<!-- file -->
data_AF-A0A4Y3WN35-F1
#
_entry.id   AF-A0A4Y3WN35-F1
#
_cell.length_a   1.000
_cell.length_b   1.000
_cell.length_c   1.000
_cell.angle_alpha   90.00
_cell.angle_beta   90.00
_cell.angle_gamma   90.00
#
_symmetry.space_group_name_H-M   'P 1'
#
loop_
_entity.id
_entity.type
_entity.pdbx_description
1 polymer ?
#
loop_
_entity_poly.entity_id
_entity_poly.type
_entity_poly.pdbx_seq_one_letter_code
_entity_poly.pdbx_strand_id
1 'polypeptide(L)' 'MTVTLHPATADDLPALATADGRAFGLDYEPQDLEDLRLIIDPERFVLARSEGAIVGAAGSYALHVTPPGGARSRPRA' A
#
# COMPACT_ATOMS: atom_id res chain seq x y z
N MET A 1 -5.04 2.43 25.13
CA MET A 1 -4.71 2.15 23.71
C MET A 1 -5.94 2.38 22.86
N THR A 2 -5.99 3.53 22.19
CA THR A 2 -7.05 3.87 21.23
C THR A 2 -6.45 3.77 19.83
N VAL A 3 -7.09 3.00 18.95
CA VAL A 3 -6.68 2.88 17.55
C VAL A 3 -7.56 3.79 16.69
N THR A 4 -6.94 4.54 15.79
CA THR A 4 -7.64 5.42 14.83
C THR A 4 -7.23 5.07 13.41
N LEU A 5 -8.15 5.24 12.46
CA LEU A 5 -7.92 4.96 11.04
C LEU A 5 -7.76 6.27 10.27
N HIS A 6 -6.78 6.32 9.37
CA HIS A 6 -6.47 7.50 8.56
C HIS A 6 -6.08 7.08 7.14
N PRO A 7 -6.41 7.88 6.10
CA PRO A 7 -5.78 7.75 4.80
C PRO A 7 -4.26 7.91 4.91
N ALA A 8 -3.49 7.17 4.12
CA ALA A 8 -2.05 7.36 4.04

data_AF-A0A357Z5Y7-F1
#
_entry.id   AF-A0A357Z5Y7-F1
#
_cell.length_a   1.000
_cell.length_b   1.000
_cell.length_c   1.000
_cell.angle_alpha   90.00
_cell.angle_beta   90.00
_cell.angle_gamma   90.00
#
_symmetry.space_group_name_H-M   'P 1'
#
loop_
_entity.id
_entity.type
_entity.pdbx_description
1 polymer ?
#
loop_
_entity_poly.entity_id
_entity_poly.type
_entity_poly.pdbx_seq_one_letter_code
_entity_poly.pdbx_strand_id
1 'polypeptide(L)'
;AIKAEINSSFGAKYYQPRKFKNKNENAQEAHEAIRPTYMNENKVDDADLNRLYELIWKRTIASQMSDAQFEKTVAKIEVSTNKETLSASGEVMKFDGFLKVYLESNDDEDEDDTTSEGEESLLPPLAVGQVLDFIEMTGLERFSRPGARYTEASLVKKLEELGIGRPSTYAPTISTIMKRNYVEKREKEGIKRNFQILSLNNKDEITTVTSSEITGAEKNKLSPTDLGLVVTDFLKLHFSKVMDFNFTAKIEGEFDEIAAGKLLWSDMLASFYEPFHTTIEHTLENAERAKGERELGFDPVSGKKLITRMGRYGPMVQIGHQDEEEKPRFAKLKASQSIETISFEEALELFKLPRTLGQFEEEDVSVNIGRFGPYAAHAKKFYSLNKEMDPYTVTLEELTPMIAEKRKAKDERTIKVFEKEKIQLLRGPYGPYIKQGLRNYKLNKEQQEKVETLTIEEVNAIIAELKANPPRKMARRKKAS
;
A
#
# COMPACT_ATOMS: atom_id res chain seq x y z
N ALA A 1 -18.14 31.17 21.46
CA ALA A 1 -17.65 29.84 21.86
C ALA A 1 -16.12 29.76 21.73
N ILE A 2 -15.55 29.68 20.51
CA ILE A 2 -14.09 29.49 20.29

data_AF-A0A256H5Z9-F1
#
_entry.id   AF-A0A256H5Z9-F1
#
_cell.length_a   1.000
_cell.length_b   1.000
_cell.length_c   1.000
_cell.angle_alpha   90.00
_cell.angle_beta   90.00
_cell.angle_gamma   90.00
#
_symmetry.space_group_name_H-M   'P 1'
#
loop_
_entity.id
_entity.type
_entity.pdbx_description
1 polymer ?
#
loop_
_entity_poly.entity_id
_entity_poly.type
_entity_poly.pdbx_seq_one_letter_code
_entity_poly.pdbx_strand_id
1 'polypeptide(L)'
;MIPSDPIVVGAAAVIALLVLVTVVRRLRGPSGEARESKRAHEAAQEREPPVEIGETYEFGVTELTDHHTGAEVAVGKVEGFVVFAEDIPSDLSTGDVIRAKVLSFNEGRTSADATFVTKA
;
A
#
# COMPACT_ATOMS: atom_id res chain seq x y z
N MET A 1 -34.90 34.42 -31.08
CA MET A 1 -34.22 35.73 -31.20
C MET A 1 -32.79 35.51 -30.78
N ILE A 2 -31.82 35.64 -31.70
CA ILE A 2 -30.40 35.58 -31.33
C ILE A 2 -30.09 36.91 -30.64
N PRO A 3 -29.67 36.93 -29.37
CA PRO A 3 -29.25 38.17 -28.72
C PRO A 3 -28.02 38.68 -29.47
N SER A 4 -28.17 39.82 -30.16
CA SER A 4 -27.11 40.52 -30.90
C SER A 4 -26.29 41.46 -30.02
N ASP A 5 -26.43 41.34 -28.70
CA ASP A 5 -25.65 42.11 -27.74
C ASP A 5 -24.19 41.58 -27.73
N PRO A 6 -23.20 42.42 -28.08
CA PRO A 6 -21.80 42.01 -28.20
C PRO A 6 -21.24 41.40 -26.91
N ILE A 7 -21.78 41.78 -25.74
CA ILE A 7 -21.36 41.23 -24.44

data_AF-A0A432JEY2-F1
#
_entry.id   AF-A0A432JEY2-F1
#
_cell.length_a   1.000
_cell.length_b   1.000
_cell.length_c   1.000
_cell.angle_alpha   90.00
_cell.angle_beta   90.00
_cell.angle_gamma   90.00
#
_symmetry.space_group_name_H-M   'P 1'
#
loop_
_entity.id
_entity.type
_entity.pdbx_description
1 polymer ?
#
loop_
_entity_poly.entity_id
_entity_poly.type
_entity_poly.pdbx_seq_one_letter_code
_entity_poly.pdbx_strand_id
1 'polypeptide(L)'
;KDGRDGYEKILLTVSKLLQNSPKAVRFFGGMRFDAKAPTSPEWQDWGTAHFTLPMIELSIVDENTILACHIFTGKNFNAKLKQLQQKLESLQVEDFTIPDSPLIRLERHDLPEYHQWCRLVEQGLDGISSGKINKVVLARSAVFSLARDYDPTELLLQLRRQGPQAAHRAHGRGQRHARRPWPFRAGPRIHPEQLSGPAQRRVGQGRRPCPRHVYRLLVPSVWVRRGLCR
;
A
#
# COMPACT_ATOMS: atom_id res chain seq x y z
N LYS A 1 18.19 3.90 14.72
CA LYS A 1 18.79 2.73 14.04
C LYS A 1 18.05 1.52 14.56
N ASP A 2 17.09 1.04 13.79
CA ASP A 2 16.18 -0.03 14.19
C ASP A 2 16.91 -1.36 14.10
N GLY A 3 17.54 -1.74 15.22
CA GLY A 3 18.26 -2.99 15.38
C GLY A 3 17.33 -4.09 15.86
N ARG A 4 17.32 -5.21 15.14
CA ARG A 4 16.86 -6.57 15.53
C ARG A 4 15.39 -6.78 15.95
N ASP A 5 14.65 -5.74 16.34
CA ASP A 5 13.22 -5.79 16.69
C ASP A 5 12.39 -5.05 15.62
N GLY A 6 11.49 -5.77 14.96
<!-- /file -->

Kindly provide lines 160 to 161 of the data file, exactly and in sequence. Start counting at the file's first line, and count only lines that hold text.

1 'polypeptide(L)'
;KDGRDGYEKILLTVSKLLQNSPKAVRFFGGMRFDAKAPTSPEWQDWGTAHFTLPMIELSIVDENTILACHIFTGKNFNAKLKQLQQKLESLQVEDFTIPDSPLIRLERHDLPEYHQWCRLVEQGLDGISSGKINKVVLARSAVFSLARDYDPTELLLQLRRQGPQAAHRAHGRGQRHARRPWPFRAGPRIHPEQLSGPAQRRVGQGRRPCPRHVYRLLVPSVWVRRGLCR